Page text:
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Eureka: A fireside chat on careers
by Jay Gutman
2018-04-07 04:17:53
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I'm not one of those gurus who promise people they'll find happiness in their careers. This is more of a chat on an overview of the career options that are available, and what factors to consider when choosing a career. I hope this will give you a well-rounded overview of what to expect when choosing a career, what's available out there and what you have to consider when choosing a career.


Training for a job is something I have mixed feelings about. You do need training for a career, but you need good training. This is where the education question comes into being. Good training means you have all the intellectual tools to be able to perform the job. Of course your first few months on the job will be rough because you need experience, but not as rough as for someone with zero training.

career1_400What do I mean by training, and where can you get training? Some schools overprepare you for a job, other schools underprepare you for a job. Let's say you want to be a chef. Some schools, which charge a lot of money, will teach you so much cooking that you will be bored at any job in the kitchen, because you will feel you are no “fulfilling your potential.” Other schools will teach you nothing about cooking and you will go to the kitchen completely unprepared. Some schools will fail you or barely pass you and make you doubt your abilities as a chef. Others will give you stellar grades and make you feel overconfindent about your ability to cook.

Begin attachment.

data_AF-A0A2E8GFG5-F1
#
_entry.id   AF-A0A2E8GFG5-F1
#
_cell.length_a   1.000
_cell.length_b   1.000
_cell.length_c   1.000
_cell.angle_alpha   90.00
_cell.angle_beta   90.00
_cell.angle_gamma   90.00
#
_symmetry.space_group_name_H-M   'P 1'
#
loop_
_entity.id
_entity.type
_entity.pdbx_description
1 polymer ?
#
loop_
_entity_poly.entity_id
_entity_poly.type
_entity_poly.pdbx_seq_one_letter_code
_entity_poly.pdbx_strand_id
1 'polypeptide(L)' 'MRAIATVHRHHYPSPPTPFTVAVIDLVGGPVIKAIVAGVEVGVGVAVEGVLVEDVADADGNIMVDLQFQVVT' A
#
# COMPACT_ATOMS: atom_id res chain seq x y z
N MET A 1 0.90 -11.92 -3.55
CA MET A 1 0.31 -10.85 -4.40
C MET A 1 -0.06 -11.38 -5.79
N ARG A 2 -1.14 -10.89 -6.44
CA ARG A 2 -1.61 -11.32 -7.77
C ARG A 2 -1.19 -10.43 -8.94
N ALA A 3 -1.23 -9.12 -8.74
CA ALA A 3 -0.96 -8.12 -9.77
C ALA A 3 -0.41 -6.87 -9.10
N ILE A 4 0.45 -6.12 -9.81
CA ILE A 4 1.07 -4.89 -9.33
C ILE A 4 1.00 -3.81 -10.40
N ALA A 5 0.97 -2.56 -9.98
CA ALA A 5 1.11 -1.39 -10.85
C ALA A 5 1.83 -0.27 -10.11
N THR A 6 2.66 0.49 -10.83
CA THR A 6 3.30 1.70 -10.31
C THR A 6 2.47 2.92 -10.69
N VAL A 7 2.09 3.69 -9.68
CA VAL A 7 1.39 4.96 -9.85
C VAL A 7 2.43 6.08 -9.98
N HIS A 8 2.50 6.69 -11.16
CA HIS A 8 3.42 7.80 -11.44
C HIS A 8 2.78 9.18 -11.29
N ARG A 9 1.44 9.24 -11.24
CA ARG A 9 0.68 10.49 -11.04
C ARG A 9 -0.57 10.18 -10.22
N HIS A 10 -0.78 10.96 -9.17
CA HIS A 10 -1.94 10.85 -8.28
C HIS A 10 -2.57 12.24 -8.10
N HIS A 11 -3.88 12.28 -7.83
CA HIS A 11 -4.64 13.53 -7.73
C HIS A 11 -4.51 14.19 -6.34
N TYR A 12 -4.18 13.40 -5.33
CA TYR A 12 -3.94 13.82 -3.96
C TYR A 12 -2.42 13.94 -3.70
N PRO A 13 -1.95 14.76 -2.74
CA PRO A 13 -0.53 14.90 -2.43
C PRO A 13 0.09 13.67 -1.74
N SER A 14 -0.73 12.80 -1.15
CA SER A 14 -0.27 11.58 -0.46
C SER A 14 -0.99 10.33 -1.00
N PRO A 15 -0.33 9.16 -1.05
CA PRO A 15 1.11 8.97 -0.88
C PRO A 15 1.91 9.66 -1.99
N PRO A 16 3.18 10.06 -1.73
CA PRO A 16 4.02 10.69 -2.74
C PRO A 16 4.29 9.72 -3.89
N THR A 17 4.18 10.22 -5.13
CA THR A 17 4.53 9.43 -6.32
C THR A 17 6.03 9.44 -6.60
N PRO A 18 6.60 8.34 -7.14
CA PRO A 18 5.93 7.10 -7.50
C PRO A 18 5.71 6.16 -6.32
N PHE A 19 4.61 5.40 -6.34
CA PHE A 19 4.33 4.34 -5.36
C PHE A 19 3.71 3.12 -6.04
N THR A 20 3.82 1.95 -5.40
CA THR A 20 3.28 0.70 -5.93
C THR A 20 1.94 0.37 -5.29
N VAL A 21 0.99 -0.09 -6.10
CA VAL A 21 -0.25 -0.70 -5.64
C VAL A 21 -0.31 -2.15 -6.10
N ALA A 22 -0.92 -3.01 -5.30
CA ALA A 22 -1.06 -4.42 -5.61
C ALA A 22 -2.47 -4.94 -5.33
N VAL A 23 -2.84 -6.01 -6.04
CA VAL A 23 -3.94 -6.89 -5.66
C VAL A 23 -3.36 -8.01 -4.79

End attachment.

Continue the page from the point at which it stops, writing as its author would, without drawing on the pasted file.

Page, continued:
How do you strke the right balance? I don't buy into this internship nonesense. They say internships help you get practical experience, but they're really using your labor in most cases. If you're a chef and need experience on what goes on in the kitchen, you may want to visit as many restaurants as you can and peek into their kitchen and ask if you can spend a day or two observing what gets done in the kitchen.

Now the problem with training is that no two kitchens work the same way, and the same could be said about any job really. The other reality on the ground is that some chefs are better than others at explaining to you what it is that you're supposed to be doing on the job. Some will just give you the recipe, others will show you a picture, others will just name the dish and expect you to come up with something. The same could be said about every job. Some will be rude and make you work under intense psychological pressure, others will tend to be cool and tolerate your mistakes.

Let's move away from the kitchen for a second. The problem with jobs is that you don't just learn by getting trained, you also learn through experience. Something I saw on television struck me today. In Algeria, there was a summit meeting between Spain and Algeria, and the news program showed how the interpreter got the interpreting wrong, irritating the Algerian Prime Minister. To take the interpreter's defense, his Spanish looked OK, his mastery of French was good, but you need to know that interpreting events are so rare in Algeria and rosters change so frequently that no one really has the kind of experience and habit when it comes to interpreting. Interpreting is something you need to do every day to become good at. In my case I write almost everyday. If I stopped writing my writing would rust and writer's block would be back in the game. I teach every now and then, but when I lose the habit of teaching, my classes can drag on. So it's not just the training, it's getting the job done every day.